Granted, Microsoft isn't in nearly as bad shape as Research in Motion (RIMM) (yet), but some of the same principles apply.
I'm talking about principles of investing, not similarities between the two companies, even though there are many.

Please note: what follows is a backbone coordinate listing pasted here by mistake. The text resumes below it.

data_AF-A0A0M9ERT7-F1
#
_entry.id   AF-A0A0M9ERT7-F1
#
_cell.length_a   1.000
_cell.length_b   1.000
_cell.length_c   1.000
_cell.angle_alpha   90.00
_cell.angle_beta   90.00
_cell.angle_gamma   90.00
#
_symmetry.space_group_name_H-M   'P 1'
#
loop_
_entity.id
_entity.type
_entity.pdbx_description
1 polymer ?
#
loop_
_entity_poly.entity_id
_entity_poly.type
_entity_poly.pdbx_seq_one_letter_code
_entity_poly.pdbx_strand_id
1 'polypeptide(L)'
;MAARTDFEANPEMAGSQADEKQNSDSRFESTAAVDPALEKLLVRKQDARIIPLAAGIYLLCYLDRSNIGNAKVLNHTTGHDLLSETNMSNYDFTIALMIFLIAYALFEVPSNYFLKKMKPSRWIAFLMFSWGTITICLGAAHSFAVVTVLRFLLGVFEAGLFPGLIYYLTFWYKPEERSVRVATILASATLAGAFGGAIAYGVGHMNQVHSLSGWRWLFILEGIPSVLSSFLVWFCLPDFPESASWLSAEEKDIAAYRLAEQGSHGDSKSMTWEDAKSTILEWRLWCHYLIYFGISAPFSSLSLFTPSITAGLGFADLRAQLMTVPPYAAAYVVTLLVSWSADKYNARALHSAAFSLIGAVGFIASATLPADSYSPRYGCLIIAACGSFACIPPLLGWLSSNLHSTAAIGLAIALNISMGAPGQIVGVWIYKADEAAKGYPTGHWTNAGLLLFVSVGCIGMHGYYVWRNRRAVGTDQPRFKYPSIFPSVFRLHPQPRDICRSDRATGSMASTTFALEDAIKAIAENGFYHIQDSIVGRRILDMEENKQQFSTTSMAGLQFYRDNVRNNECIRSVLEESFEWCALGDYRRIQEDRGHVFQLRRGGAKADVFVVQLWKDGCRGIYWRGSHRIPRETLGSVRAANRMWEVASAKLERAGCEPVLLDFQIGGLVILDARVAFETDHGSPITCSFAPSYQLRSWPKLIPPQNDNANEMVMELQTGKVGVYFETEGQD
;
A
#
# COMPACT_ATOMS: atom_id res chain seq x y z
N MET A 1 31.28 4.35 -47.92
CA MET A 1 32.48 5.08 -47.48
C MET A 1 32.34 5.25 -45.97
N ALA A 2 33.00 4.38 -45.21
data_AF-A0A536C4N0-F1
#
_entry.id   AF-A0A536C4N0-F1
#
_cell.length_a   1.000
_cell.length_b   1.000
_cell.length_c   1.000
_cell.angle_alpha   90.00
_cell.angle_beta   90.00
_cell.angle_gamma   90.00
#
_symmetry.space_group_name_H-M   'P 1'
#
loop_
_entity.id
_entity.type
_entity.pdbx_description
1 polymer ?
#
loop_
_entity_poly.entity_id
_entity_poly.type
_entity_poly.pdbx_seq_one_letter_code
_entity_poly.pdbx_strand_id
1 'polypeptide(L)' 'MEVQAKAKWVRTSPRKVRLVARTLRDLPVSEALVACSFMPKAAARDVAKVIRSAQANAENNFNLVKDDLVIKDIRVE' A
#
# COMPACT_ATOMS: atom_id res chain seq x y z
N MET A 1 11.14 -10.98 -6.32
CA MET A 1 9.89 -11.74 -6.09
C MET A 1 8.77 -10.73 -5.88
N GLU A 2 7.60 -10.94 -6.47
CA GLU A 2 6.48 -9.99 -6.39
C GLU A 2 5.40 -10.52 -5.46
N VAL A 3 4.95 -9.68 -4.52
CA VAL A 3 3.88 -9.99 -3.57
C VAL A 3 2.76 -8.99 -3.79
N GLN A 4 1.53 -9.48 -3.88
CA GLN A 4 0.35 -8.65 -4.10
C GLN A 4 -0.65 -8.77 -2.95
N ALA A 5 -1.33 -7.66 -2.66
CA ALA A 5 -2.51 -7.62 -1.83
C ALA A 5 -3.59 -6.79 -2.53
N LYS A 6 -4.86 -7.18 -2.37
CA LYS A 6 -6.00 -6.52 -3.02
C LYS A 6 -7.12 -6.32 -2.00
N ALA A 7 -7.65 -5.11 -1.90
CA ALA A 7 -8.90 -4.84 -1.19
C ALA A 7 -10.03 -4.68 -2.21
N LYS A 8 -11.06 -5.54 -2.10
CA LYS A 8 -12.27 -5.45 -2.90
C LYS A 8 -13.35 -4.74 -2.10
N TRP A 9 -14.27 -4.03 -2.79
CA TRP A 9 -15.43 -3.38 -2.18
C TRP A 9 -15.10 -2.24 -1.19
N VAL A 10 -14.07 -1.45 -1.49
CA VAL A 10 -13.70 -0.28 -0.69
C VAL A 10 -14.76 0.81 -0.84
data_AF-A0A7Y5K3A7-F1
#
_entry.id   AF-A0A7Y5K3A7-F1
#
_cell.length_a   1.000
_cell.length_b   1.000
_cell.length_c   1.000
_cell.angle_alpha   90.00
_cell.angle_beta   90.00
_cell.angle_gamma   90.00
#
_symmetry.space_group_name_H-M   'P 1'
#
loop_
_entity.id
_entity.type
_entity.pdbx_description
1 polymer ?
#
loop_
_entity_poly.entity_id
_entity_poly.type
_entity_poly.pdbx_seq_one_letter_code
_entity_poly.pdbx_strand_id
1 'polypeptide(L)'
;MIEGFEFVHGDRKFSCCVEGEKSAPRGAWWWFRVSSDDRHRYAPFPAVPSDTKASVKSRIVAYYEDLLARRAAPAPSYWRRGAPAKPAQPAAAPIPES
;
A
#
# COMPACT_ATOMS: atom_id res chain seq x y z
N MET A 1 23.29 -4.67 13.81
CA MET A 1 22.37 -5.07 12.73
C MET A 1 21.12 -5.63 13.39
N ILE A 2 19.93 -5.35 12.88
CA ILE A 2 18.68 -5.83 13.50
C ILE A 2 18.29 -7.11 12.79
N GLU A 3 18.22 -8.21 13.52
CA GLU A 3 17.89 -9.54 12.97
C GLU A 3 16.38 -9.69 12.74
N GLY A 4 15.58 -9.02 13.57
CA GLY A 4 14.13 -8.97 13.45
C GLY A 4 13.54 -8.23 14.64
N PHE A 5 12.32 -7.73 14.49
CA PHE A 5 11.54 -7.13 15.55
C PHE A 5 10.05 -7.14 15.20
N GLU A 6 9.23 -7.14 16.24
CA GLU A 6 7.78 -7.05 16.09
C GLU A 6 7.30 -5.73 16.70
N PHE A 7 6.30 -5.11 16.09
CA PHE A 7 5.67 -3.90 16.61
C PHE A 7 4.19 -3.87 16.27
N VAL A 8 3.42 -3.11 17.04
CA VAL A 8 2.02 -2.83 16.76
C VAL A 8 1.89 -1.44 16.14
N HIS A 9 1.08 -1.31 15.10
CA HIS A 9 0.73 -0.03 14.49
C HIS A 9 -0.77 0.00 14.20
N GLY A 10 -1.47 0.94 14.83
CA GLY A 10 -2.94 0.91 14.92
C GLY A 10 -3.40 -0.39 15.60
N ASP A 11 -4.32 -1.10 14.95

RIMM bulls who trashed the bears misdirected their anger. It's the same thing MSFT (and Intel (INTC)) bulls do today.They attacked admittedly outspoken messengers such as myself for playing things as they lay. Think about the illogic. RIM, for instance, not only butchered 2011, it waited until the last possible minute to lower full year guidance. The company pressed on with an overly optimistic outlook until it could no longer keep up the jig. There's no question in my mind that the way RIM executives communicated on conference calls and such during the early-to-middle stages of RIM's implosion kept more than a few people in the stock. Holding RIMM for just a little bit longer did not end well. Instead of demanding answers from management, RIM bulls displayed unflinching loyalty, branding the bears not only as bad guys, but crooked evildoers. If you're a MSFT shareholder or just a PC diehard, don't make the same mistake. Guys like me did not create Microsoft's problems. We're not responsible for the worse-than-stagnant stock over the past five years, which, mind you, has been a transformative time across the tech space. We didn't fall asleep at the wheel; Steve Ballmer did. Send him your scorn, not your loyalty. Doing the opposite is nothing but a recipe for losing more money than you already have on a dead stock. Follow @rocco_thestreet
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